According to the reports of Kirkpatrick (2012,2013), the administration of this reform could be extremely challenging due to the fact that 40% of Egyptians are under the poverty line and most of them possess resentments against the government already because of the existing energy scarcity and the soaring price of food. Kirkpatrick further indicated the difficulty of this reform by stating: “any potential increase in fuel prices or the price of other basic necessities could spur renewed unrest. ”
Moreover, even if the government can successfully implement the reform on its subsidization policy, it is possible for the positive effects to be nullified if the leaky energy distribution system, which is currently preventing Egyptian citizens from purchasing fuel at its original price, stays the same. In order to monitor the allocation of subsidized energy more effectively and make it more accessible to the people who deserve it, the Egyptian government has developed a smart card system that can effectively track the gas trucks and ensure that they reach their destination with whole shipments (Kirkpatrick, 2013).
Although this new technology is not nation wide it has received a great success in the villages that adopted it. Moreover, according to Kirkpatrick’s report (2013), Egyptian civilians possess a great hope in this new system. The other factor that could contribute to the solution of Egypt’s energy insufficiency is a $4. 8 billion loan offered by the I. M. F. (International Monetary Fund). This international loan could enable Egypt to import sufficient fuel to temporarily settle the energy crisis in this urgent period.
However, although it can effectively secure Egypt from the damage of this energy crisis for awhile, it is not a long-term solution. Moreover, this loan is offered with a condition of the commitment to increase taxes and cut subsidies. Therefore, accepting this loan could stimulate more civil unrest and worsen an already shaky social security. Under the fear of public reaction, despite the advice of the UN, the Egyptian administration refused this offer repeatedly (Kirkpatrick, 2013).
Finally, in order to ultimately resolve this problem, find a way to stabilize the political unrest is inevitable. According to the report of Watson (2012), the whole energy crisis occurred initially after the ouster of the former present Hosni Mubarak in 2011 and climaxed after the first democratic president Mohamed Morsi in July 2013. Evidently, the Egypt’s energy crisis is closely related to its political stability. Watson also reported that the core factor of Egypt’s social unrest can be attributed to citizens’ resentment against the military regime.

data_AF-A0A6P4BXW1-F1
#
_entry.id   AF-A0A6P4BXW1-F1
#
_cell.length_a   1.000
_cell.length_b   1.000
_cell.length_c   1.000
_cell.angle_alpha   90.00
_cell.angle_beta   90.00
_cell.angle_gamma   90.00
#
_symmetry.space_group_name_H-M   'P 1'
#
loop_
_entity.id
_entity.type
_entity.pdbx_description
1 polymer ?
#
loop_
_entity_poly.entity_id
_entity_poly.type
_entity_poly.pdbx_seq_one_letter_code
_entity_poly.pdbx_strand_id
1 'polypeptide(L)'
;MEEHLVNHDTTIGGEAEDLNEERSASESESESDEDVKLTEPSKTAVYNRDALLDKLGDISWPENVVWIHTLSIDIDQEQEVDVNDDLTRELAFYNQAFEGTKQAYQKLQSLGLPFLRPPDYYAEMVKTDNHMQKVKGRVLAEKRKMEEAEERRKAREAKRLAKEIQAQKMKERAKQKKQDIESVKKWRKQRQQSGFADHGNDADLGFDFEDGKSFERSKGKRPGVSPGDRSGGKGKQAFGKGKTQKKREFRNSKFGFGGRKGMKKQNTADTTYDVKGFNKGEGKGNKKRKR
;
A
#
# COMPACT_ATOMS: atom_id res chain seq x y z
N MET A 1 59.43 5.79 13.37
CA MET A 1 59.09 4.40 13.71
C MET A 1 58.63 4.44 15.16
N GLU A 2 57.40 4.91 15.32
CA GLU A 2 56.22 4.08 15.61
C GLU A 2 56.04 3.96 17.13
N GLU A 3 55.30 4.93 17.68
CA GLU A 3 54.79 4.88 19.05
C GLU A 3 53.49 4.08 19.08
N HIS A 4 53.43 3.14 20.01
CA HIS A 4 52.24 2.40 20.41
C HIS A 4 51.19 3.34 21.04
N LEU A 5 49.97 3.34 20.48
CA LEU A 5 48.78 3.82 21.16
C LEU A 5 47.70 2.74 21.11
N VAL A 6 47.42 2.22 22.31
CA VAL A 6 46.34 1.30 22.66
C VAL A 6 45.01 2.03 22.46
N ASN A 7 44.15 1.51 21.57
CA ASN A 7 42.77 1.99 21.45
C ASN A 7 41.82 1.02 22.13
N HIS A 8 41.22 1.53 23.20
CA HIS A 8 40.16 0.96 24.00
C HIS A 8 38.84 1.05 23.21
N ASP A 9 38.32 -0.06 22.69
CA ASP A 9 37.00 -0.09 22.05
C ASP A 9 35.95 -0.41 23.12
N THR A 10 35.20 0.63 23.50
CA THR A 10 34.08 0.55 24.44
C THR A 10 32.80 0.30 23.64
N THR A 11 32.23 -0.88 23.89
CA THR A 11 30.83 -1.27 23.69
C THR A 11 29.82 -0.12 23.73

Therefore, in order to change this phenomenon appropriately, it is highly recommended to advance the election date from 2014 to as soon as possible. That way Egypt will not only revitalize its tourism but also gain back most of the foreign investment, thus solve the energy crisis once for all. In conclusion, Egypt’s energy scarcity is mainly leaded by its flawed subsidizing policies, deficient energy distribution system, and shaky social security.
Therefore, in order to resolve this energy crisis appropriately, it is crucial for Egyptian administration to focus and reform these problems one by one. According to the research, the most practicable way to result these problems is to first promote the smart card system, which will help government to allocate subsidized energy more effectively to people who need them. After increase the accessibility of subsidized energy, the government can subsequently implement a reduction on energy subsidy. Due to the teetering social security, it is highly advisable to execute this reduction subtly and appropriately.
This reform of Egypt’s subsidy policy will not only largely alleviate the burden of its economy, but will also make Egypt eligible to take the international loan offered by the I. M. F. ; therefore, provide Egypt more funds to import fossil fuel for the sake of its energy crisis. Subsequent to the reform of governmental policy, it is advisable for Egypt to advance the date of democratic election due to the purpose of stabilizing its social security. Once the social security is stabilized, Egypt will be able to revitalize its touristic industry and regain its foreign investment, which will resolve the energy crisis once for all.